If you regularly donate your time and efforts to charitable pursuits, you probably feel very gratified afterward – perhaps even to the point that you believe you’re getting back more than you give. This feeling is very common among volunteers.
Of course, most people are aware of the mental health benefits of volunteering. For instance, it can help you gain self-confidence, become more socially connected and allow you to create your own support network with other individuals who share your interests. All of this can make you less susceptible to feelings of isolation, loneliness and depression. While that’s easily understood, there is now growing evidence that these positive effects may extend far beyond your mental health.
Some studies suggest that those who help others are being rewarded with better physical health. One interesting phenomenon among volunteers is that they tend to have lower blood pressure than their non-volunteering counterparts. This finding is significant. Often considered a bellwether of poor health, high blood pressure is known to lead to many serious conditions, including heart attack and stroke.
It’s important to note that the role volunteer work plays in blood pressure levels – if any – is unclear. It could simply be that people who take care of others tend to take care of themselves as well, by taking positive steps like eating right, exercising, getting enough sleep and seeing a physician regularly for medical checkups. Alternatively, volunteering could increase physical activity in general, helping people to naturally become more active when they wouldn’t otherwise do so.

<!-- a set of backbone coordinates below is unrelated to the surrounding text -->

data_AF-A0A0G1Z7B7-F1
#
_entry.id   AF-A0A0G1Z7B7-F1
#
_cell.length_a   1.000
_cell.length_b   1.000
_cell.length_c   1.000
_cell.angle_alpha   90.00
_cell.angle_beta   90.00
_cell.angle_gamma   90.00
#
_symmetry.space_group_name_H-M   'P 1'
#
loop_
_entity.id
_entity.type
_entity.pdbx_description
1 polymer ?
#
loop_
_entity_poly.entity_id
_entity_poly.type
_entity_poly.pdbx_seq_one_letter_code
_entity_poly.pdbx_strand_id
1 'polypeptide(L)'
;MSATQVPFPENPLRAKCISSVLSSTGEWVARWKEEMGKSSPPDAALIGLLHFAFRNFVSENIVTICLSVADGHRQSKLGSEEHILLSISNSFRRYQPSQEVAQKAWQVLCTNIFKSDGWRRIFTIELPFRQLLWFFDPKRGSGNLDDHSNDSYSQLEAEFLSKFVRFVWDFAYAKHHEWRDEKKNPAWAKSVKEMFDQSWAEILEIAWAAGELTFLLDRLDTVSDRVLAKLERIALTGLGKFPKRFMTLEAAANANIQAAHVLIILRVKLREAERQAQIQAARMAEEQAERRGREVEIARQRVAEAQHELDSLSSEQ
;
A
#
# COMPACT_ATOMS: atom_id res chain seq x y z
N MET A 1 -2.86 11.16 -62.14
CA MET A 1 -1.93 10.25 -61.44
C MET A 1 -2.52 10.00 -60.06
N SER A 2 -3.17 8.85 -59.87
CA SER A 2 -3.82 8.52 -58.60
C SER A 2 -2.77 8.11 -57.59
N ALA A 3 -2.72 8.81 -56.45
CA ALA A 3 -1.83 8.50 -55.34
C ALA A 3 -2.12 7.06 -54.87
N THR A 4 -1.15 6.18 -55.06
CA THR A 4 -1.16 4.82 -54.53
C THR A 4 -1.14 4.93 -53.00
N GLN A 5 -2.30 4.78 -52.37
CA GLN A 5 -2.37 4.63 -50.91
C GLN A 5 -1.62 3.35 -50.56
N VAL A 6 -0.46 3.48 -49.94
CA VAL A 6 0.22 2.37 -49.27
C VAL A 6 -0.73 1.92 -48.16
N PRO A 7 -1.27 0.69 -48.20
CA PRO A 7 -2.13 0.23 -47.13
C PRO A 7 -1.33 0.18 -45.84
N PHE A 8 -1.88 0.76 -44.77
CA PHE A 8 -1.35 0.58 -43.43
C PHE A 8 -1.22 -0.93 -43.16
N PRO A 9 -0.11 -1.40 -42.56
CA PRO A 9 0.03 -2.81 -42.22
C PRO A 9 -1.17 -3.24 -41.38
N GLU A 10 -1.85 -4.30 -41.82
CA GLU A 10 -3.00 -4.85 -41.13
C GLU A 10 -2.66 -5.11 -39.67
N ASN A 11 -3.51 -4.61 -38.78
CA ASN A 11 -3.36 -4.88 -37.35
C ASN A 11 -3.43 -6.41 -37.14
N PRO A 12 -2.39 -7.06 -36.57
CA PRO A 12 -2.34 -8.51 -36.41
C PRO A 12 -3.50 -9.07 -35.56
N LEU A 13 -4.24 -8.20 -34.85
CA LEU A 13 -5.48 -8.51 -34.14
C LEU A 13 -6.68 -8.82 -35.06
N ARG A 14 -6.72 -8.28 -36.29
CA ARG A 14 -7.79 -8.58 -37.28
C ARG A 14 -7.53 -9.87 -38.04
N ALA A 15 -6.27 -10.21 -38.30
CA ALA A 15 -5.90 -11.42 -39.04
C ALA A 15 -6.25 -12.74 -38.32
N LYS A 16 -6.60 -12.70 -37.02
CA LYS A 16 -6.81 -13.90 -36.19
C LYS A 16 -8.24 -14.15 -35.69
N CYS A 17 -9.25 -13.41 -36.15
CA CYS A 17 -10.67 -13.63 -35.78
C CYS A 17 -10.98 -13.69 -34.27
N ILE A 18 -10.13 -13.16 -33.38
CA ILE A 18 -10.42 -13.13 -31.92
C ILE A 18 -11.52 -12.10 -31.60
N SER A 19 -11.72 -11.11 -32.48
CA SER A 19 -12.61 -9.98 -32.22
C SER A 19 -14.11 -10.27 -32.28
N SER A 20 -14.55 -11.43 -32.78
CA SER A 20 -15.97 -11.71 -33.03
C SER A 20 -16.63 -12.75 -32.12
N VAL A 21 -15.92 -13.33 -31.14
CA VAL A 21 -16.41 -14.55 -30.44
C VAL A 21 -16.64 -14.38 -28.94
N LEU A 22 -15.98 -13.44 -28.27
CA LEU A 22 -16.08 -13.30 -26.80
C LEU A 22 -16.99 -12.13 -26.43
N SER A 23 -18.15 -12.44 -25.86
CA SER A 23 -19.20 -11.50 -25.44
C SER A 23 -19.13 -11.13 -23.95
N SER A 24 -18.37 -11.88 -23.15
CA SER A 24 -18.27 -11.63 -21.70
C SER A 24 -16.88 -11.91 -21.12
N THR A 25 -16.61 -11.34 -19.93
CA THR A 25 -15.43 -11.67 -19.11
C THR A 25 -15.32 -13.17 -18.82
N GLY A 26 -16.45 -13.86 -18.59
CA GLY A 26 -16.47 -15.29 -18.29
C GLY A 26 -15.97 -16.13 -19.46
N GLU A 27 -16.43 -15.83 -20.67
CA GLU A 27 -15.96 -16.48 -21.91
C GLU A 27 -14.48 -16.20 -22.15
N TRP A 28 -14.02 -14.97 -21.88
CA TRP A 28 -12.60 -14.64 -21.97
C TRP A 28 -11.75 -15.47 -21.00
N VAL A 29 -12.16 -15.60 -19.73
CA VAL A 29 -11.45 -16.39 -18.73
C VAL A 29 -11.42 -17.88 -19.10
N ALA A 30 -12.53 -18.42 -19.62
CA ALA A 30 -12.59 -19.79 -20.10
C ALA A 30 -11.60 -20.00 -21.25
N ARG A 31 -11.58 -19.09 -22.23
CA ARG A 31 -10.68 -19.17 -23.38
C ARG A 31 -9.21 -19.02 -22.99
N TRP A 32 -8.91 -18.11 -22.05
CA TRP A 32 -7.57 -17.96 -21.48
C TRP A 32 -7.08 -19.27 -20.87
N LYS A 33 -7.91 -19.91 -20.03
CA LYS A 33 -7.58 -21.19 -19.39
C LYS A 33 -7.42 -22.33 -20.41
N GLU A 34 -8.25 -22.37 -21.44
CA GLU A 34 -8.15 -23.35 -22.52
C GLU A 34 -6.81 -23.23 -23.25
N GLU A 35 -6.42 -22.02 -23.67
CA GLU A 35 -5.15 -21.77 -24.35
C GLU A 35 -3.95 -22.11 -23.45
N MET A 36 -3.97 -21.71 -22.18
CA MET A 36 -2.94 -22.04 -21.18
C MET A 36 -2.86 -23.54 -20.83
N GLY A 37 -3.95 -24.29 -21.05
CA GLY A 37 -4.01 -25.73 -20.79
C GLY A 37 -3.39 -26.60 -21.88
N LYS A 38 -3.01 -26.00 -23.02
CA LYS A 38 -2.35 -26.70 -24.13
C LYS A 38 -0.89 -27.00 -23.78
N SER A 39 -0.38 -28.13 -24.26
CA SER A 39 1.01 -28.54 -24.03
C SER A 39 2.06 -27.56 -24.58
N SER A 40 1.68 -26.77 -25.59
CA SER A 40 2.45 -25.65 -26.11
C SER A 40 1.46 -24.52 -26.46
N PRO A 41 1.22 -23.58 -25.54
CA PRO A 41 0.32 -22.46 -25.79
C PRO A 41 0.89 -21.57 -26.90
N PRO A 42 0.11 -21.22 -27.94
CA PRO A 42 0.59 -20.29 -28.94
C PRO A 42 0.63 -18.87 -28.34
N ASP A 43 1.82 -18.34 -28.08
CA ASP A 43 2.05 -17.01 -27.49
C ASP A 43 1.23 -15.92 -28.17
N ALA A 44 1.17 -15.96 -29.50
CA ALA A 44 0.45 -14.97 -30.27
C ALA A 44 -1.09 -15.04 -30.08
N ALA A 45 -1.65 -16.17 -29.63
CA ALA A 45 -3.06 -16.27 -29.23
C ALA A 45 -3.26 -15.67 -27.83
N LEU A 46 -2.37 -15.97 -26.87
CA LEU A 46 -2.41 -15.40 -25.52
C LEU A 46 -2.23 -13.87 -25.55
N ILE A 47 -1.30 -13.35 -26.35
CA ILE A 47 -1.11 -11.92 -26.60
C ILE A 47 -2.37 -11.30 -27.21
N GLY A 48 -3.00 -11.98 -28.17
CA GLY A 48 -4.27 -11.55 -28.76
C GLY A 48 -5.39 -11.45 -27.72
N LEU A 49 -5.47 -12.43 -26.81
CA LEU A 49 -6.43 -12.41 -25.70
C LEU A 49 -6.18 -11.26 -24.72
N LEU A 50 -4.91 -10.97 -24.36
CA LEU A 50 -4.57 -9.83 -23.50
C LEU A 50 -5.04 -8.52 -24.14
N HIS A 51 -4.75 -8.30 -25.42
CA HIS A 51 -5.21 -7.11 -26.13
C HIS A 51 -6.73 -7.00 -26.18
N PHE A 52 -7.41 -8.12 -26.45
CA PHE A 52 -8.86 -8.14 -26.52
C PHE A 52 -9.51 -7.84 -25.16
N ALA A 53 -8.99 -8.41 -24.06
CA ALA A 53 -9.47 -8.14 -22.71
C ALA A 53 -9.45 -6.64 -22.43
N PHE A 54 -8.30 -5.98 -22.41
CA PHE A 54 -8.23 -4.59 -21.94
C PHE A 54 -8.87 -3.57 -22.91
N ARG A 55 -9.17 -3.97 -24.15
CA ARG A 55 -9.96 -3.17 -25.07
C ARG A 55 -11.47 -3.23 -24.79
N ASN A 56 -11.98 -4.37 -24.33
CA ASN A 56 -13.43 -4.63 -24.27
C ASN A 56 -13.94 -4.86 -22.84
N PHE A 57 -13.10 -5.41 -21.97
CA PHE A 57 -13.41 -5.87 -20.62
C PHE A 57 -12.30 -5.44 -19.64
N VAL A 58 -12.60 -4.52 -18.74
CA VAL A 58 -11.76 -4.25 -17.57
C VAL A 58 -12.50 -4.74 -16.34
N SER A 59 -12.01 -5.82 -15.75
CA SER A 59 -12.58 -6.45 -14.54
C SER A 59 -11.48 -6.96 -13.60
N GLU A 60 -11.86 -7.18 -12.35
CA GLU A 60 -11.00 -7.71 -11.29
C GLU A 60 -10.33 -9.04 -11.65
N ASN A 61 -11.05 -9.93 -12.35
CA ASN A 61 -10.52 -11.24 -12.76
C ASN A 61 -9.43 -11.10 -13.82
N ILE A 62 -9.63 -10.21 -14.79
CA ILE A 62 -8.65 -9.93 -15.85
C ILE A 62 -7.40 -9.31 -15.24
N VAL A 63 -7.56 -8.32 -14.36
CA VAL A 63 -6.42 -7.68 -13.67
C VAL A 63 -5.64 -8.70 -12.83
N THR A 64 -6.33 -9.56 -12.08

Even so, there are indications of additional health benefits. Through serving others, it is possible to achieve a sense of meaning and appreciation. This can create a calming effect that reduces stress, and lower stress levels are often directly linked to health outcomes. Additionally, volunteer activities that provide mental stimulation, such as tutoring, can enhance memory and cognitive skills.
While all of these findings are still inconclusive, many experts agree that the key to achieving better health through volunteering is to do so for the right reasons. Your motivation should be to truly make a difference in someone else’s life, and not to simply make yourself feel better.
At Moffitt Cancer Center, our research team is continually studying the effects of health-related behaviors, health care practices and health-related quality of life. Every day, we are learning more about how these factors can contribute to the prevention, detection and management of all types of cancer.
If you’d like to learn about volunteering at Moffitt Cancer Center, visit our section on Volunteer Opportunities.
To learn more about Moffitt, call 1-888-MOFFITT or complete a new patient registration form online. No referrals are required.